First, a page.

Can we require our employees to get an Influenza vaccination or a COVID-19 vaccination once one becomes available?
This question has been looming for EMS providers around the country as we enter the Flu season in the face of an existing global pandemic. While the COVID-19 vaccine is still being developed and approved, it is anticipated that one will be available later this year or early in 2021. Of course, the Flu vaccine is available now and the CDC suggests it is more important than ever that individuals get vaccinated than in prior years due to the pandemic.
The short answer to the mandatory vaccination requirement is likely, yes. However, the right of employers to require vaccinations is not unrestricted. Additionally, mandatory vaccination programs can be unpopular with employees and employers should be prepared for push-back from some of their workforce. We know that there is a segment of the population who are anti-vaxers or who, according to a recent Gallup survey, stated that they would not get a new COVID-19 vaccination.
As with many things in the employment law context, employers must develop a comprehensive approach to instituting a mandatory vaccination requirement for their workplace and workforce. EMS leaders should consult with the public health and legal professionals in their jurisdiction for guidance.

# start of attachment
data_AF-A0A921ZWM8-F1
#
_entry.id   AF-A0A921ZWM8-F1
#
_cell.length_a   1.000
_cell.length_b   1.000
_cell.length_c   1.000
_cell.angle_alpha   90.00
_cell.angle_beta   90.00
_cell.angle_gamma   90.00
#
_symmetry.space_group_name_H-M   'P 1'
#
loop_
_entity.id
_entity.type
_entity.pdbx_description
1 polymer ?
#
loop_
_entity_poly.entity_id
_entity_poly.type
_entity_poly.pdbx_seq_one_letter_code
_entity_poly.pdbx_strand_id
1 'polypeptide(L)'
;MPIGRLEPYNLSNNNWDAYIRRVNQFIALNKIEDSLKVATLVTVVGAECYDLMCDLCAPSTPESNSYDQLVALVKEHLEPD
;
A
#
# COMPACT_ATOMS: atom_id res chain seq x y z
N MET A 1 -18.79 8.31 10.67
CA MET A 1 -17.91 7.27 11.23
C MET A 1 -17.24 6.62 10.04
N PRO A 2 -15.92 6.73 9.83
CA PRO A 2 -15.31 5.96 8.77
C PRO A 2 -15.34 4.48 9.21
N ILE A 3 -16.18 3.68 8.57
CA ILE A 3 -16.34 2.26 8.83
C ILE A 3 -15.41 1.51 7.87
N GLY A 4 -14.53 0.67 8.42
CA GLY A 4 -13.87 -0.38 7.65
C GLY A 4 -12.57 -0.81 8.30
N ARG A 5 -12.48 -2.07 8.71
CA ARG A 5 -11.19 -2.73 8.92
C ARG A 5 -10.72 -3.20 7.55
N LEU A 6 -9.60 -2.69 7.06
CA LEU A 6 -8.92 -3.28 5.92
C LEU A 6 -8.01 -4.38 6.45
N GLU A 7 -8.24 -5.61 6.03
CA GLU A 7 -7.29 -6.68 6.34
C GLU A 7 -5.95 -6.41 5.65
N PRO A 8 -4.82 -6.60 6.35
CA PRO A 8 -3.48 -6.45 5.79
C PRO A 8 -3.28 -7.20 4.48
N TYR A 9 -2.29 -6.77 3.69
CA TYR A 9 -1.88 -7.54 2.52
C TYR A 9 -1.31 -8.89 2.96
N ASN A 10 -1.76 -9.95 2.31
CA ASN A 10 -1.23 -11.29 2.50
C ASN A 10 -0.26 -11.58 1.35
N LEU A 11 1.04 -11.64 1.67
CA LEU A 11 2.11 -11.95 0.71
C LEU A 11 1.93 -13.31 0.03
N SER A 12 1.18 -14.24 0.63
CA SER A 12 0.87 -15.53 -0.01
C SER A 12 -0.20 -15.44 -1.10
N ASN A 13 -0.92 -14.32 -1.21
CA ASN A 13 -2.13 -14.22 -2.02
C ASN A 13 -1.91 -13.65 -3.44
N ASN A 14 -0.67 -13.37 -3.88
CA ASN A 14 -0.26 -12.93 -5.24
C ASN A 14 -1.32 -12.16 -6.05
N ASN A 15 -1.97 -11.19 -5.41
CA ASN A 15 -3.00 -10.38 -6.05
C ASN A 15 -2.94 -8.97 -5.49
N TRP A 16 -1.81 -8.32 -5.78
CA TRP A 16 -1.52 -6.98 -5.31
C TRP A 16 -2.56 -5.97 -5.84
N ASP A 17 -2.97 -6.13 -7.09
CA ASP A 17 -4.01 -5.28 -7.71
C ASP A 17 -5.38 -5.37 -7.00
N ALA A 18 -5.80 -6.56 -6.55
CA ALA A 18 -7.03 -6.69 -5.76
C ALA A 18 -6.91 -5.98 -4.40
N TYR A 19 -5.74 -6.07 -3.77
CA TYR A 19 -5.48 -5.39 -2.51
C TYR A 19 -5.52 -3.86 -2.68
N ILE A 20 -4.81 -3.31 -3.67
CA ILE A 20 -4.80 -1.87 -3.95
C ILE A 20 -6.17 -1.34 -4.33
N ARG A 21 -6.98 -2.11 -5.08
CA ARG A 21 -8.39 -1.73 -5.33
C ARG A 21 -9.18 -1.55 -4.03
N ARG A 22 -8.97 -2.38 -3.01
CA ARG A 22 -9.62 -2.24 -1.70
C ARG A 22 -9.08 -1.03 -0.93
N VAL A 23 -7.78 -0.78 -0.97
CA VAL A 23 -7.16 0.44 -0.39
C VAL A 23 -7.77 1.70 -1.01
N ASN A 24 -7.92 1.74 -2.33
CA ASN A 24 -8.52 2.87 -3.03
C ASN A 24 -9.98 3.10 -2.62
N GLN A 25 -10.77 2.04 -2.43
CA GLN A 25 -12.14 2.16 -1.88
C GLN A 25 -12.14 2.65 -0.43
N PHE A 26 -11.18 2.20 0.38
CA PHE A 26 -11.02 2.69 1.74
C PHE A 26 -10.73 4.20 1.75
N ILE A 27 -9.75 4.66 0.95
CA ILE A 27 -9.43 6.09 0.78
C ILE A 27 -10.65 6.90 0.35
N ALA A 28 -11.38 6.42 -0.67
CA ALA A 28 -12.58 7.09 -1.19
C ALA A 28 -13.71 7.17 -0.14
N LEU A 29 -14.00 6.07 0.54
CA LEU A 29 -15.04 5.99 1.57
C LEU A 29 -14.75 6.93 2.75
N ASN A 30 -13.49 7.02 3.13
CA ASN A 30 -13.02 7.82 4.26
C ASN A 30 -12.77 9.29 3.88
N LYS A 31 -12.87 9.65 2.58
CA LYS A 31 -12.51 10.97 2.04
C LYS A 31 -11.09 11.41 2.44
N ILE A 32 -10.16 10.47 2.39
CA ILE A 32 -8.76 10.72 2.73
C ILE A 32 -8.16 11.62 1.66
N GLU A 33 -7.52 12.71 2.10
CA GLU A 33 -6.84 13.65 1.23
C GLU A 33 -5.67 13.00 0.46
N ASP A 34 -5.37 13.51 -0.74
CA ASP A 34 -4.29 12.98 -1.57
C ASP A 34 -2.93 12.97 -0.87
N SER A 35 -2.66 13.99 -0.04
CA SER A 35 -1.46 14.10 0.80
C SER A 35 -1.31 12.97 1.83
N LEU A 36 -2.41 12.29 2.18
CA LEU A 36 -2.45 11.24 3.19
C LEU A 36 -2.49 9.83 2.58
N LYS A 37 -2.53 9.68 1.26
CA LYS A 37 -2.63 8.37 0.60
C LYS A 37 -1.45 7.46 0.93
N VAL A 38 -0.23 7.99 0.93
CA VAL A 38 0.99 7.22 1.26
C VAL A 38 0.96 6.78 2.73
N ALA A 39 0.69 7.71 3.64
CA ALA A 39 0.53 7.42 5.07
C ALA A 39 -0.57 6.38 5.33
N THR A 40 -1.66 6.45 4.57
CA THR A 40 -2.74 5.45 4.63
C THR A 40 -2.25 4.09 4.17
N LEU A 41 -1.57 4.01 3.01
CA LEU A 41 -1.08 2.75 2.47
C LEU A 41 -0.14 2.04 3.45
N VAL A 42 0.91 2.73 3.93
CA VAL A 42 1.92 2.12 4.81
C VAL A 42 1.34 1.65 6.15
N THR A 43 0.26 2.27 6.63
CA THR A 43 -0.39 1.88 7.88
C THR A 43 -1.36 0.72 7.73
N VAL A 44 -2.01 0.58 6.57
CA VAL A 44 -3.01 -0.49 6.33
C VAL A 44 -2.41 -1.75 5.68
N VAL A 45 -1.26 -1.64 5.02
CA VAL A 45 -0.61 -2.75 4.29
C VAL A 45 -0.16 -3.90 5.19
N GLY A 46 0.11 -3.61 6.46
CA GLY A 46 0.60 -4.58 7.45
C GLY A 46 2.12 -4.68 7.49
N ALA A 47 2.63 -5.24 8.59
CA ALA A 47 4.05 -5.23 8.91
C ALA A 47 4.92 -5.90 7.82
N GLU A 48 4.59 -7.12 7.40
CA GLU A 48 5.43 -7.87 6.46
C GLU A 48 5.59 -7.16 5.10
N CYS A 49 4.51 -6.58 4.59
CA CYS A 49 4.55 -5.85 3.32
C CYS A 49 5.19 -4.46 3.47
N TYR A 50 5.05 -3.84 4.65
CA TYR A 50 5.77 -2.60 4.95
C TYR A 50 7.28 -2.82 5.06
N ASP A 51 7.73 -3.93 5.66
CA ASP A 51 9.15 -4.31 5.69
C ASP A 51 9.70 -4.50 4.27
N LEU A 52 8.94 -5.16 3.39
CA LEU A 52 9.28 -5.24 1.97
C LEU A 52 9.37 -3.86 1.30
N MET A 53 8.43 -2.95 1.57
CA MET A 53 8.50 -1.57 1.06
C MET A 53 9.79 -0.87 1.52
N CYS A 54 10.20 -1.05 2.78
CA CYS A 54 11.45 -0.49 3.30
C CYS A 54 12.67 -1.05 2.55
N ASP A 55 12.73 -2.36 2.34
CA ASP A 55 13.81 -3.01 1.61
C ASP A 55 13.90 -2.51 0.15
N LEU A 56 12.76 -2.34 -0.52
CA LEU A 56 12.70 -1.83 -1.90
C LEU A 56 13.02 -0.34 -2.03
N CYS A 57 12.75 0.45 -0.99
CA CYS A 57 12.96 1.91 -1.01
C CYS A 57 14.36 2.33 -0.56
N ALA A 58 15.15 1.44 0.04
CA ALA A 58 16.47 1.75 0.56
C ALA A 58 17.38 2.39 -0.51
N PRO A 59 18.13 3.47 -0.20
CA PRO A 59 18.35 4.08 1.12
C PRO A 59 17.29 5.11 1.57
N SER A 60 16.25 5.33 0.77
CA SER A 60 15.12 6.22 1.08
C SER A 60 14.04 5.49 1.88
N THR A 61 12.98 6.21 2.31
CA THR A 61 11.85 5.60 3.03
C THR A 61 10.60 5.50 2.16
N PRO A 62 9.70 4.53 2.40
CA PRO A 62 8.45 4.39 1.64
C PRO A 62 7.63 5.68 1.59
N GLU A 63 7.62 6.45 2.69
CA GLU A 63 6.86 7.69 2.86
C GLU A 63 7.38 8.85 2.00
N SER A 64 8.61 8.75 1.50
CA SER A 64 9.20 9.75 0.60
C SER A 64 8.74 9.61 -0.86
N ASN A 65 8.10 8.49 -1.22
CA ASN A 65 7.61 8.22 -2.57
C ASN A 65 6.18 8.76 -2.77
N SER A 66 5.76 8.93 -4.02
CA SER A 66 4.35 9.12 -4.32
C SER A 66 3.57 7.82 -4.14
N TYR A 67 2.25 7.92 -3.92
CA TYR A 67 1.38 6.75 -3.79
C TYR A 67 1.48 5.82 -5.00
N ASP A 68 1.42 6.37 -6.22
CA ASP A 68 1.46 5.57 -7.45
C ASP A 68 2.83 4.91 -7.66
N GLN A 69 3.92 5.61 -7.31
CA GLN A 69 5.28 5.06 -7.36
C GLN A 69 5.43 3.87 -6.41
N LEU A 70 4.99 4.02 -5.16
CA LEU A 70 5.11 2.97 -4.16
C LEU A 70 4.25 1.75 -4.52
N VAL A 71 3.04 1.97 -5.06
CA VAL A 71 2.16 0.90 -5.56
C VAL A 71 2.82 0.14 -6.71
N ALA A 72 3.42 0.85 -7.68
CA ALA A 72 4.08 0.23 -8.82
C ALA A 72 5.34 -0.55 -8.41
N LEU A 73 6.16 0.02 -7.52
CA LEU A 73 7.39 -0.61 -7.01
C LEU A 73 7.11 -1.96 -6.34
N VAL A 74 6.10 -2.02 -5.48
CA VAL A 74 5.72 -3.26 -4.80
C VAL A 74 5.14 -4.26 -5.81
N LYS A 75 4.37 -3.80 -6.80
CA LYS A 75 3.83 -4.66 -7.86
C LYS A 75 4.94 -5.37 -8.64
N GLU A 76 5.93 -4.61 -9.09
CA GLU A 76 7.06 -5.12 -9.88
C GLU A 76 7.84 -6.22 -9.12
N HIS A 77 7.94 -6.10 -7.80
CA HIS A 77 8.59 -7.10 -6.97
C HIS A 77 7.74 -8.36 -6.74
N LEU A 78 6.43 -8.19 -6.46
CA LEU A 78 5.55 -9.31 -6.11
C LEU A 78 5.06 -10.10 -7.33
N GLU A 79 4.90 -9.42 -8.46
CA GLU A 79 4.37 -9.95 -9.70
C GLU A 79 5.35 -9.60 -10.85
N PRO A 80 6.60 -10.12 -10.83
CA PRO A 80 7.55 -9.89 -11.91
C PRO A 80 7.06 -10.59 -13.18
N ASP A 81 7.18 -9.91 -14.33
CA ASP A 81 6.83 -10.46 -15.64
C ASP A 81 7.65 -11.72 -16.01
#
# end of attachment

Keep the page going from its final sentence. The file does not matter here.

EMS employees, as healthcare providers, are at a greater risk of exposure than employees in other professions. As such, it is critical that EMS employers have a comprehensive workplace safety program, including vaccinating employees against illnesses such as the Flu and COVID-19. This is consistent with the recommendations of the Occupational Safety & Health Administration (OSHA) that all healthcare providers are vaccinated against illnesses such as influenza. As the availability of a COVID-19 vaccination nears, there are several criteria that EMS leaders should consider as they develop their workforce vaccination plan.
An important consideration is understanding and articulating the objective reasons that your organization is instituting a workplace vaccination plan. One important step is evaluating the various job positions at the company and documenting the position-based criteria that objectively justify requiring vaccination. The key is that the vaccination be job-related and consistent with business necessity.
Additionally, ensure that your occupational workplace safety policies establish the process and procedure for an employee to request an exception from mandatory vaccination and the process for evaluating the request. This information should be kept as confidential, consistent all other employee medical information. Lastly, the policy must include anti-retaliation protections, including a prospective plan for monitoring related workplace actions.